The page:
Transferring to new hardware with a Supertar
With any of the Supertars,
transferring to new hardware is easy. If the new hardware uses the
same disk controller (or the same driver) as the old, you can just
boot from your recovery media and proceed to recover the system.
But what about when the new hardware is different?
Well, it's not much different. The general procedure is still
that you boot from the media and that you restore the system as
usual; it's just that you may have to do some prep work or (SCO)
use boot strings to assist the process. Let's take the case of
transferring a SCSI system to IDE as an example. To make it more
interesting, we'll assume that the SCSI tape controller gets
transplanted to the new machine also.
The basic idea is that you may be able to just enable the
driver you want (btldinstall if necessary, edit /etc/conf/sdevice.d/whatever,
disable old driver same place, and edit /etc/conf/cf.d/mscsi, relink, reboot with new controller).
SCSI to IDE SCO OSR5
IDE is certainly attractive. You can get very large drives for
cheap money, and they are much faster than they used to be.
However, keep in mind that your system may be slower than you
think. Drive RPM and even seek time do not tell the entire story of
performance under a multi-user system. If you want ultimate
performance, you still want SCSI, not IDE. That said, a new, high
performance IDE drive may very well outperform an older SCSI system
even under the demands of a multi-user system, so it's not unusual
to see people make this migration.
In this case, you don't have any problem with the recovery
media not knowing how to use the drive: IDE is built into the
kernel. But both the media and the restored kernel think that they
are supposed to be looking at SCSI disks, so you have to give them
some help. With a SCO system, at the boot media prompt, you'd
defbootstr Sdsk=wd(0,0,0,0) hd=wd
and then proceed with the restore, The recovery programs may
show you that they are recovering the SCSI system, but they will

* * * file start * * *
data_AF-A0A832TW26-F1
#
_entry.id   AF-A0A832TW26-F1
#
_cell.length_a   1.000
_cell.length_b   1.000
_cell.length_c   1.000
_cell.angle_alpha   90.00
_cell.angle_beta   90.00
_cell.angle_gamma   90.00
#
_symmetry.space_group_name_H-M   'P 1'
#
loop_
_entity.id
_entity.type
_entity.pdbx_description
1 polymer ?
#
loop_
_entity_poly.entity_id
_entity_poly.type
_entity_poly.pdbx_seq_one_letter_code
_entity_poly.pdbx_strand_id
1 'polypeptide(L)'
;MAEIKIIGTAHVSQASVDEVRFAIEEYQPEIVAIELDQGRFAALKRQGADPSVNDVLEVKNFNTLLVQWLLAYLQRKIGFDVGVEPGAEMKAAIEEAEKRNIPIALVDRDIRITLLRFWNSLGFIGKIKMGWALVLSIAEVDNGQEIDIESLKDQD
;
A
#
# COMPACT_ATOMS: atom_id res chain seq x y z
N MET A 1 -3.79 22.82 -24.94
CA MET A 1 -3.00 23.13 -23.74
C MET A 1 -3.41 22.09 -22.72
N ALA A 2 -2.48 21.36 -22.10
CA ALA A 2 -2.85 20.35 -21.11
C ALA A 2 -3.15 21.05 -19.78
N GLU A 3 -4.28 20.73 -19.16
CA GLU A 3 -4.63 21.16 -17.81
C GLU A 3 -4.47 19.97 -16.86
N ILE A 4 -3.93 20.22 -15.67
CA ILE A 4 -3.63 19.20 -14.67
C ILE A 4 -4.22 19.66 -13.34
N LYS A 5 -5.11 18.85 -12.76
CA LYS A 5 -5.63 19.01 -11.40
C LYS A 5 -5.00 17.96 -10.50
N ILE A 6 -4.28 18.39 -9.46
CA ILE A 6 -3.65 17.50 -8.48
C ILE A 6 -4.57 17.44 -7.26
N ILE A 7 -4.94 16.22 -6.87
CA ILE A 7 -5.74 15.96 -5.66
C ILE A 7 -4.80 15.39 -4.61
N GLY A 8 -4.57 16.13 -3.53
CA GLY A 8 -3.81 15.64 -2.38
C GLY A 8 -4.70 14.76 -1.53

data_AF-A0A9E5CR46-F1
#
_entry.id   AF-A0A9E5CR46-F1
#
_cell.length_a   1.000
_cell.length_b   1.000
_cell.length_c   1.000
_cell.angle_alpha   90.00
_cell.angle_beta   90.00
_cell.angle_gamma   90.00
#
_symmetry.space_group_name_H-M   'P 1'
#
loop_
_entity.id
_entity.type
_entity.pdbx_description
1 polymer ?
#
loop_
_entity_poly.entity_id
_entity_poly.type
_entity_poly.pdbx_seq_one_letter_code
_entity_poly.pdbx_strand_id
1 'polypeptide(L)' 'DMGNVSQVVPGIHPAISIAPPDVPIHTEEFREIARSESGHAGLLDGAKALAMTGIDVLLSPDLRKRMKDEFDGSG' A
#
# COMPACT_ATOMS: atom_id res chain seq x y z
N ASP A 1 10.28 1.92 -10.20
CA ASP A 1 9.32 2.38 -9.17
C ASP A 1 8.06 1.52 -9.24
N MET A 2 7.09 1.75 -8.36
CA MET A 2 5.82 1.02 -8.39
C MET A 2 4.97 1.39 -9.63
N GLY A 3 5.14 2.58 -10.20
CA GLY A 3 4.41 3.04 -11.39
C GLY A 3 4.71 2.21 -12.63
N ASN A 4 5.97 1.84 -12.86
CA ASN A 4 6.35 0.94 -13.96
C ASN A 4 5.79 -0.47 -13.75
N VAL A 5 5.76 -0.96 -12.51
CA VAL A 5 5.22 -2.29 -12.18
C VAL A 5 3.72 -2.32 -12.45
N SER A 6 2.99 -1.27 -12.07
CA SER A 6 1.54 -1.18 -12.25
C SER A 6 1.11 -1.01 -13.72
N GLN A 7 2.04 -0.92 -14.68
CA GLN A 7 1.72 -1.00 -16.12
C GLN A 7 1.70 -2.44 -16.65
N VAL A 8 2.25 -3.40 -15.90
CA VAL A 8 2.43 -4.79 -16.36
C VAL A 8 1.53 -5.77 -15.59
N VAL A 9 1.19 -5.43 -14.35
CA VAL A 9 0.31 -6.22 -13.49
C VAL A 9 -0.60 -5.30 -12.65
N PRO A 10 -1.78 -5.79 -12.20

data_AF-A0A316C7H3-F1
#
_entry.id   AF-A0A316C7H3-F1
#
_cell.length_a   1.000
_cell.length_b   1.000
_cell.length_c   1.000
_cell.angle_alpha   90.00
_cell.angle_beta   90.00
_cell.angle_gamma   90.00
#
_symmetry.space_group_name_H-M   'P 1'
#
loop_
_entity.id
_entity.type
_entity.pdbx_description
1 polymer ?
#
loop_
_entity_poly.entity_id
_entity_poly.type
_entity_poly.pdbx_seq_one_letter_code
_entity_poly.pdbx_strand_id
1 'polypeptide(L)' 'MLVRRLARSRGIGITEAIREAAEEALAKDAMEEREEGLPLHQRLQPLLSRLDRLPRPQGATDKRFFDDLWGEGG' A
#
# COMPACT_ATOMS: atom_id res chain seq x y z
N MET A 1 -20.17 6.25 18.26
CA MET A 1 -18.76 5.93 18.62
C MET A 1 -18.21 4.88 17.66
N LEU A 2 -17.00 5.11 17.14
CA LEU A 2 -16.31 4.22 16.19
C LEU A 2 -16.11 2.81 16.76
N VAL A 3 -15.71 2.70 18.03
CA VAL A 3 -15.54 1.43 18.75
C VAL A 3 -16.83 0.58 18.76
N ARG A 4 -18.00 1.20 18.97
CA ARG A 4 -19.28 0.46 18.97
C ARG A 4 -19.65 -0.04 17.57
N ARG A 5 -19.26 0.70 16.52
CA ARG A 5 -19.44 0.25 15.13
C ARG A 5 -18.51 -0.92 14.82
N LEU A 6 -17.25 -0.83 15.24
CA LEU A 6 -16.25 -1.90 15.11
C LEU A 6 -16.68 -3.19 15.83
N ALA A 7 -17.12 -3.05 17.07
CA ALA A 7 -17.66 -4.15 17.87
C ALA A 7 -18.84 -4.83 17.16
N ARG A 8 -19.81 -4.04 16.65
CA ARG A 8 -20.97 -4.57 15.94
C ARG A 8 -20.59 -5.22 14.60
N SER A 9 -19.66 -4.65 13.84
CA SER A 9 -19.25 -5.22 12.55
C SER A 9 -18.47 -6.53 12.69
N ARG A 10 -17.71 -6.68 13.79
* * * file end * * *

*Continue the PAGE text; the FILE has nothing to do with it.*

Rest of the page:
really be writing to the IDE drive. After the recovery is done, you
need to boot the hard drive with the same "defbootstr
Sdsk=wd(0,0,0,0) hd=wd". Cd over to /etc/conf/cf.d and edit mscsi.
Remove hard drive references, leaving cdrom and tape. For example,
you might have this:
#ha attach number ID lun bus
alad Sdsk 0 0 0 0
alad Srom 0 5 0 0
alad Stp 0 2 0 1
You'd need to change that to be:
alad Srom 0 5 0 0
alad Stp 0 2 0 1
and if the new CD were also IDE (master on secondary controller)
you'd use this:
wd Srom 1 0 0 0
alad Stp 0 2 0 1
You may have to redo drivers for PCI cards that aren't in the
same slot that they were in on the old machine: netconfig for nic
cards, for example.
Then build a new kernel with "./link_unix -y". Reboot, and you
SCSI to SCSI OSR5
If you don't need a BTLD, then the bootstring method is exactly
the same, just different strings. Even with a BTLD (needed if the
kernel doesn't have support for your new controller), you are just
linking in the driver you do need. Again, after booting the new
hard drive, you need to fix up /etc/conf/cf.d/mscsi and build a new
You'd expect Linux to be easier, but actually it doesn't seem to
be There's no "defbootstr" with Linux (Linux can use Driver Disks, which are the same as SCO's BTLD's and are read with the boot
command "linux dd"). However, all is not lost.
The easiest (and maybe the only) method is to get any modules you
need installed on the existing system and included in the modules
that your reccovery media has (the exact procedure for doing that
will vary with the specific Supertar). After restoring, use the
recovery disks utility menus to mount the hard drive and edit
/etc/modules.conf. You need to change the "alias scsi_hostadapter"
line to reflect what you actally now have. Possibly you need to
change /etc/fstab also, and you'll need to reconfigure
/etc/lilo.conf or grub.conf.
When you reboot, you might need to help
the kernel find its root. You'd change that permanently with
I haven't had to do this yet. I think my approach would be just
to install Linux on the new hardware, and selectively restore after
the fact. It just seems easier to me, but I may be over-reacting.
I'll give this a try sometime soon.
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